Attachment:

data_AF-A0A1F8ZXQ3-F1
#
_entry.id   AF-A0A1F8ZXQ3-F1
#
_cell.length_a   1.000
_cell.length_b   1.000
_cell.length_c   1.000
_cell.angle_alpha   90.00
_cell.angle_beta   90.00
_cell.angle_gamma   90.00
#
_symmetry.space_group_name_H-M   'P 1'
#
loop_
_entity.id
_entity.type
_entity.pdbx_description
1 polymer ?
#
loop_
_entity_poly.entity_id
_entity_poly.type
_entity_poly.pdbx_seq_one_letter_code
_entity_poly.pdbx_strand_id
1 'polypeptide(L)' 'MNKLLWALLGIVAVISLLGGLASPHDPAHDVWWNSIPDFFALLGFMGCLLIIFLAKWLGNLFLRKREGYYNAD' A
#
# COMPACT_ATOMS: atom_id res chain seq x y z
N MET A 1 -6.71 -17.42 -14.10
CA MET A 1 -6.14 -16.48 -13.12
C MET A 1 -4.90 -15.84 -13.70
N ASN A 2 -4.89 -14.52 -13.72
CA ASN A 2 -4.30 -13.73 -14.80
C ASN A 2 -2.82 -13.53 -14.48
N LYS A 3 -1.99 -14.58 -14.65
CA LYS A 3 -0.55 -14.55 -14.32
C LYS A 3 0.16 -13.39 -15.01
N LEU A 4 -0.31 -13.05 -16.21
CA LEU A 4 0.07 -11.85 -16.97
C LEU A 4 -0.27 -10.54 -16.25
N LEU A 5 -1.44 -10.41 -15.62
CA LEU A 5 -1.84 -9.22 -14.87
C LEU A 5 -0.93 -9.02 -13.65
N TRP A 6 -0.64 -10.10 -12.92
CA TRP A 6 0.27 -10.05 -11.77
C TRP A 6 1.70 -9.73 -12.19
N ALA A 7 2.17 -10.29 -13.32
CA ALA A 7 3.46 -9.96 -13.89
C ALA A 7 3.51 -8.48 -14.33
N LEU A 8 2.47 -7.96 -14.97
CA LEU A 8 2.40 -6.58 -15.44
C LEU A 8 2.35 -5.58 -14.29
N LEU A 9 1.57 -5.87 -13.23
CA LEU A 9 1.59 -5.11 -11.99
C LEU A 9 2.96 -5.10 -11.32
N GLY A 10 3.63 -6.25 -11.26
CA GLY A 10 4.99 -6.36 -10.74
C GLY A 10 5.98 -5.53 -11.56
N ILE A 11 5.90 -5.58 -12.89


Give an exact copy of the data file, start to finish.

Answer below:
data_AF-A0A1F8ZXQ3-F1
#
_entry.id   AF-A0A1F8ZXQ3-F1
#
_cell.length_a   1.000
_cell.length_b   1.000
_cell.length_c   1.000
_cell.angle_alpha   90.00
_cell.angle_beta   90.00
_cell.angle_gamma   90.00
#
_symmetry.space_group_name_H-M   'P 1'
#
loop_
_entity.id
_entity.type
_entity.pdbx_description
1 polymer ?
#
loop_
_entity_poly.entity_id
_entity_poly.type
_entity_poly.pdbx_seq_one_letter_code
_entity_poly.pdbx_strand_id
1 'polypeptide(L)' 'MNKLLWALLGIVAVISLLGGLASPHDPAHDVWWNSIPDFFALLGFMGCLLIIFLAKWLGNLFLRKREGYYNAD' A
#
# COMPACT_ATOMS: atom_id res chain seq x y z
N MET A 1 -6.71 -17.42 -14.10
CA MET A 1 -6.14 -16.48 -13.12
C MET A 1 -4.90 -15.84 -13.70
N ASN A 2 -4.89 -14.52 -13.72
CA ASN A 2 -4.30 -13.73 -14.80
C ASN A 2 -2.82 -13.53 -14.48
N LYS A 3 -1.99 -14.58 -14.65
CA LYS A 3 -0.55 -14.55 -14.32
C LYS A 3 0.16 -13.39 -15.01
N LEU A 4 -0.31 -13.05 -16.21
CA LEU A 4 0.07 -11.85 -16.97
C LEU A 4 -0.27 -10.54 -16.25
N LEU A 5 -1.44 -10.41 -15.62
CA LEU A 5 -1.84 -9.22 -14.87
C LEU A 5 -0.93 -9.02 -13.65
N TRP A 6 -0.64 -10.10 -12.92
CA TRP A 6 0.27 -10.05 -11.77
C TRP A 6 1.70 -9.73 -12.19
N ALA A 7 2.17 -10.29 -13.32
CA ALA A 7 3.46 -9.96 -13.89
C ALA A 7 3.51 -8.48 -14.33
N LEU A 8 2.47 -7.96 -14.97
CA LEU A 8 2.40 -6.58 -15.44
C LEU A 8 2.35 -5.58 -14.29
N LEU A 9 1.57 -5.87 -13.23
CA LEU A 9 1.59 -5.11 -11.99
C LEU A 9 2.96 -5.10 -11.32
N GLY A 10 3.63 -6.25 -11.26
CA GLY A 10 4.99 -6.36 -10.74
C GLY A 10 5.98 -5.53 -11.56
N ILE A 11 5.90 -5.58 -12.89